Presentation on theme: "Bridging the Gap between Needs and Services Towards Evidence-based Drug Policy In Poland Issue: Matching Needs and Services in Environments of Rapid Change."— Presentation transcript:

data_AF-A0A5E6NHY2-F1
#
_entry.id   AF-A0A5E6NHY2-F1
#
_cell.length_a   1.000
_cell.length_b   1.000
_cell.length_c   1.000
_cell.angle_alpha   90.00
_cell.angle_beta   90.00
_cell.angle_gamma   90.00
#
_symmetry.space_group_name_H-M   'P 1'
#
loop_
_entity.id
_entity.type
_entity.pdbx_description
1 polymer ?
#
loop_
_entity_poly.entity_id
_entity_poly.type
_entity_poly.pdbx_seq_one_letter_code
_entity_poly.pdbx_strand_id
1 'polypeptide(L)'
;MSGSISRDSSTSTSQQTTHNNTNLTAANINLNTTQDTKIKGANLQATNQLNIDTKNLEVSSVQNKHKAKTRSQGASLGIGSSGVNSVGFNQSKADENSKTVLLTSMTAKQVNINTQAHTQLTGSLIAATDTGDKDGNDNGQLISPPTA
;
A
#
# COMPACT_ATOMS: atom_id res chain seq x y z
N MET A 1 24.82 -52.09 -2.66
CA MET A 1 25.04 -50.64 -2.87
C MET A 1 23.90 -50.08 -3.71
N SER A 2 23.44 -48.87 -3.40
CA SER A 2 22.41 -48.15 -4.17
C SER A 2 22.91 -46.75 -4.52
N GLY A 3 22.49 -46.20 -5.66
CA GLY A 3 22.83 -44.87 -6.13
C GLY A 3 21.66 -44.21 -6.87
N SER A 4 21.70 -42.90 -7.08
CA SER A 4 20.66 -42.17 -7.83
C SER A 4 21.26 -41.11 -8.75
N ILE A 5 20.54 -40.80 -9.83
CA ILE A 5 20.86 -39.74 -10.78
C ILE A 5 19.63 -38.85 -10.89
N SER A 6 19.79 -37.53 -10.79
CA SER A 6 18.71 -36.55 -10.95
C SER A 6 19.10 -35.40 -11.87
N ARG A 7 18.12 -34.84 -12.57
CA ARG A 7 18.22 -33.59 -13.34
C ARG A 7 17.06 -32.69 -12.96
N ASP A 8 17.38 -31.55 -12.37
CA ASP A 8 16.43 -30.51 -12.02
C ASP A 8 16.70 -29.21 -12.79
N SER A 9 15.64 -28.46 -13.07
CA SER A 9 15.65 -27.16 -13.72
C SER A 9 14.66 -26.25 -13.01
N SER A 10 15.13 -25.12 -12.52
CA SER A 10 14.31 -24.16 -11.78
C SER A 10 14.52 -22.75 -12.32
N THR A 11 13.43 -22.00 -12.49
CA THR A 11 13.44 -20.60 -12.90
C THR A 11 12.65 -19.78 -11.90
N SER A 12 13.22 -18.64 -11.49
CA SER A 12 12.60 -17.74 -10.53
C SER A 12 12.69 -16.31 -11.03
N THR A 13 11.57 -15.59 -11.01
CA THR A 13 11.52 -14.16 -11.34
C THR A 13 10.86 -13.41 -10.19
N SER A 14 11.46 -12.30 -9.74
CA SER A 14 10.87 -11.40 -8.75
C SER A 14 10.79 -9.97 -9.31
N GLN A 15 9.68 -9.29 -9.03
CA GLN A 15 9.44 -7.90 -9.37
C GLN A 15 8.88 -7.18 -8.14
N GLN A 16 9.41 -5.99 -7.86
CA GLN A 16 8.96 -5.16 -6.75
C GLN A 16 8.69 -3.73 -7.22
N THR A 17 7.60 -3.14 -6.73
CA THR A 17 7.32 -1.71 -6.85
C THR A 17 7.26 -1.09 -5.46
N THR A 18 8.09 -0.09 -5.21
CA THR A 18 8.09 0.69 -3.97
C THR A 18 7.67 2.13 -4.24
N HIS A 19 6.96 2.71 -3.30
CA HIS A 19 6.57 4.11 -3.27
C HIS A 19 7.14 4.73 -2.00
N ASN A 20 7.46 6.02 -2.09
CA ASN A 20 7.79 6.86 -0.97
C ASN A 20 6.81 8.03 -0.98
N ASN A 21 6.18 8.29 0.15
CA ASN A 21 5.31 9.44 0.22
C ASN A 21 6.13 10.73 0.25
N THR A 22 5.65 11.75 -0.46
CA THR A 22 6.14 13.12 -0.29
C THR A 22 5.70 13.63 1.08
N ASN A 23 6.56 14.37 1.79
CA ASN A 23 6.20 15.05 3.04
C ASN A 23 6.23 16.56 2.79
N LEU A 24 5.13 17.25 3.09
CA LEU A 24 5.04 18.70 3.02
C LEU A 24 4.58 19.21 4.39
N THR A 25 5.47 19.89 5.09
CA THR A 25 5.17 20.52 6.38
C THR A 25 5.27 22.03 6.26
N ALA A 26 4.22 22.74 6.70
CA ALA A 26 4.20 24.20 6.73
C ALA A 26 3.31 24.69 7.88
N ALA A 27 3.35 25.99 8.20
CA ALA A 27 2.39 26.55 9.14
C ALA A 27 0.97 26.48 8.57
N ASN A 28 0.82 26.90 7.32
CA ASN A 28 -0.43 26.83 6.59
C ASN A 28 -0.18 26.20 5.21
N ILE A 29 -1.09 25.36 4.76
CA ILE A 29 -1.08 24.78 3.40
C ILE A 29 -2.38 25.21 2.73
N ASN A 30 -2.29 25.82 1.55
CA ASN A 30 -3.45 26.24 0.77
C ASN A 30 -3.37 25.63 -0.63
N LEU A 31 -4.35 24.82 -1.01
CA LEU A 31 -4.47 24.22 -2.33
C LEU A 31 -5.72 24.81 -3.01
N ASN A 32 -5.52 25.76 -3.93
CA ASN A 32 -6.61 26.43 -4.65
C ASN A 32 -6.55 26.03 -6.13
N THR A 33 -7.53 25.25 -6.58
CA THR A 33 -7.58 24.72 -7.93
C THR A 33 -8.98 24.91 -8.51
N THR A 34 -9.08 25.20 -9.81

Bridging the Gap between Needs and Services Towards Evidence-based Drug Policy In Poland Issue: Matching Needs and Services in Environments of Rapid Change Experience has shown that drug use patterns can change rapidly, leading to equally dramatic increases in the spread of bloodborne diseases like HIV, HBV and HCV. The provision of drug abuse prevention, harm reduction and treatment services should be based on evidence of the current patterns and geographical distribution of risk. In the course of a Rapid Policy Assessment and Response Intervention in the city of Szczecin and surrounding rural areas, we uncovered evidence that Poland’s programs to prevent and reduce drug-related harm may not be responsive to rapidly changing current conditions Methods: Rapid Policy Assessment and Response (RPAR) RPAR is an intervention that mobilizes local knowledge and capacity to fight HIV/AIDS among sex workers, injection drug users, and members of other marginalized populations at the city level. In RPAR, a research team from a site city works with a Community Action Board (CAB) to collect three kinds of data: laws and written policies relevant to health risks in the target populations; existing data on the epidemiological situation and the operation of the criminal justice system; and qualitative interviews with police, judges, prosecutors, drug users, sex workers and others who can describe how the laws are put into practice. The data collection and interpretation are guided by the CAB, which develops an action plan and final report. The Szczecin RPAR was begun in January, 2005; research was completed in September and a final report was released in March, The CAB included representatives of law enforcement (the police, judiciary, prisons), both public and private drug treatment providers, health care (physicians, nurses) and social welfare agencies (Family Support office). Existing laws and formal policies in ten domains relevant to drug policy and health (including harm reduction, drug treatment and prevention) were collected. To determine how these laws were being put into practice, three focus groups were conducted, and the team interviewed 24 people in law enforcement, health care and social services, as well as 14 IDUs. Implications and Recommendations The Community Action Board and research team discussed the findings in light of their existing knowledge and experiences in addressing drug use in the region. Drug policy is oriented to large cities; the needs in rural areas need to be urgently assessed and addressed in terms of both mandates and resources. Patterns of drug use in rural areas are not properly diagnosed; most policies are based on information from larger cities where outreach workers collect necessary data. NGOs, the primary providers of outreach services, have traditionally been city-based and city-focused – they are not geared to providing services in rural areas and will require funding assistance to do so. The Polish National Office for Counteracting Drug Addiction needs to support and be guided by more frequent and rapid research; work with the criminal justice system to promote better coordination of available treatment services with court processes and to educate judges and prosecutors about the benefits and availability of treatment. The Szczecin city and regional administrations and NGOs should work together to further delineate the risk to rural populations and to institute needed services. Poland has a low rate of HIV infection among IDUs, which is mostly due to the swift introduction of prevention, harm reduction and treatment programs for opiate use in early 90s. An equally timely response is required now. Infectious Diseases Prevention Association for Western Pomerania Region Department of Infectious Diseases& Hepatology Pomeranian Medical University, Szczecin Incidence of HBV and HCV (Poland) HIV Diagnoses (Poland) This research was supported by NIDA/NIH Grant # 5 R01 DA PI: LAZZARINI, ZITA. The findings and conclusions expressed are those of the authors and not necessarily of NIH, NIDA, or the US government. Sobeyko J (1), Leszczyszyn-Pynka M (2), Duklas T (7), Parczewski M (2), Bejnarowicz P (1), Chintalova-Dallas R (4), Lazzarini Z (4)(6), Case P (5), Burris S (3)(6). (1) Infectious Disease Prevention Association of Western Pomerania, (2) Department of Infectious Diseases & Hepatology, Pomeranian Medical University, Szczecin, (3) Temple University Beasley School of Law, (4) University of Connecticut Health Center, (5) Fenway Community Health Center, (6) Center for Law and the Public’s Health at Georgetown and Johns Hopkins Universities, (7) Association for Health Promotion and Social Risks Prevention “TADA” The limitations of our methodology Our findings are based on interviews from purposively selected informants and by the information provided by our CAB, supported where possible by epidemiological statistics and secondary sources. The data must be viewed with appropriate caution. Given the experience of rural amphetamine use in other areas, however, and the potentially rapid spread of bloodborne disease among injectors, they should be taken seriously and followed up with more sustained research and intervention work. Findings: Changing Patterns of Injection Drug Use Injecting drug use, once a “city” problem involving opiates, has moved out into the countryside and now centers on amphetamine. “ Everybody uses drugs in pubs in Szczecin, but they don’t inject …” -- Regular drug user, occasional injector “Young people in [small town near Szczecin] inject amphetamine using shared equipment. They are not afraid of being infected with HIV or Hepatitis because they are convinced that risk of infection is related to the type of drug – home made heroin -- not to the way of its administration.” – Injection drug user, using for 8 years Findings: There’s a Poor Match Between Needs and Services Prevention, harm reduction and treatment services needed for an injection-based amphetamine epidemic are unavailable in the countryside. Syringe Access “Young people in small towns are not able to exchange equipment. There are no syringe exchange programs. They have problems to buy the in pharmacies as well.” – Injection drug user, addicted for 18 years “ [Young people] don’t want to go to pharmacy because they are afraid to be perceived as drug addicts. Though their parents and neighbors are all addicted to alcohol.” – Injection drug user, small town. Some pharmacists are reluctant to sell equipment to drug users. Two IDU informants reported that pharmacists will claim to be out of small-bore needles. “It’s not a problem for old drug users to inject with a big needle, but it’s still a problem for young kids” – Rural IDU, 26 years old. Meanwhile, the syringe exchange in the city of Szczecin has seen a decrease in clients based on ease of access to and low cost of syringes, as well as a decline in injecting drug use. “There is no point in going to the syringe exchange because we can buy syringes in any pharmacy.” Occasional IDU, Szczecin. Syringes cost about $0.10 in a pharmacy. Drug Treatment There are no programs designed for drug addiction in small towns. “We have relevant therapy offer for drug addicts – they are treated together with alcohol addicts but they are counseled individually twice a month.” – Therapist from a small town. This reflects health policy: “The national health service does not pay for treatment of drug users here. We need to treat them together with alcoholics, in the same group, and try to get our money back. We like people with multiple dependencies because they are easier to get paid for.” The law also plays a role: A “Sobriety Law” from the Communist Era requires municipalities to provide alcohol treatment. While the Law on Counteracting Drug Addiction requires local programs to combat drug abuse (Ch. 4), there is no mandate to offer treatment. HIV Testing Few people in the rural areas are getting tested for HIV. IDU_4 said that “these young people do not test as they are sure HIV is not their problem”. She also said it seemed strange for her as “they believe nobody is infected but how can they know it if nobody has ever been tested for HIV” A physician who works at the HIV testing center in Szczecin confirmed that clients are asked about their place of residence and the vast majority are from the city. There are no testing sites in the rural areas. Findings: The Rise in Rural Amphetamine Injection Poses a Threat to Health that Should Not Be Treated Lightly We know from other countries that amphetamine epidemics can cause serious health and social problems. There is a risk for rapid spread of bloodborne disease if HIV or Hepatitis gets into a network of young injectors underserved by prevention, treatment and harm reduction services. HIV and Hepatitis do exist in the population. HIV in the West Pomeranian Voyvodeship has been stable since 2000 at 4/ (stable since 2000)/ There were 600 diagnosed HIV infections between 1985 and % were attributed to IDU. 52% of HIV+ people are co- infected with HCV and 8% with HBV. Findings: The Gap is Unfolding Below the Radar Policy-makers have not been fully aware of the shift, which is not surprising given the lack of any “early warning” mechanism. Interviews with service providers indicate that drug abuse prevention and treatment agencies are unaware of the potentially serious threat and unprepared to address it effectively. “There is a drug use in our town but people do not inject.” – Therapist from a small town In Szczecin, the major focus of drug policy is party or club drugs; injected amphetamine in the surrounding area is not a worry.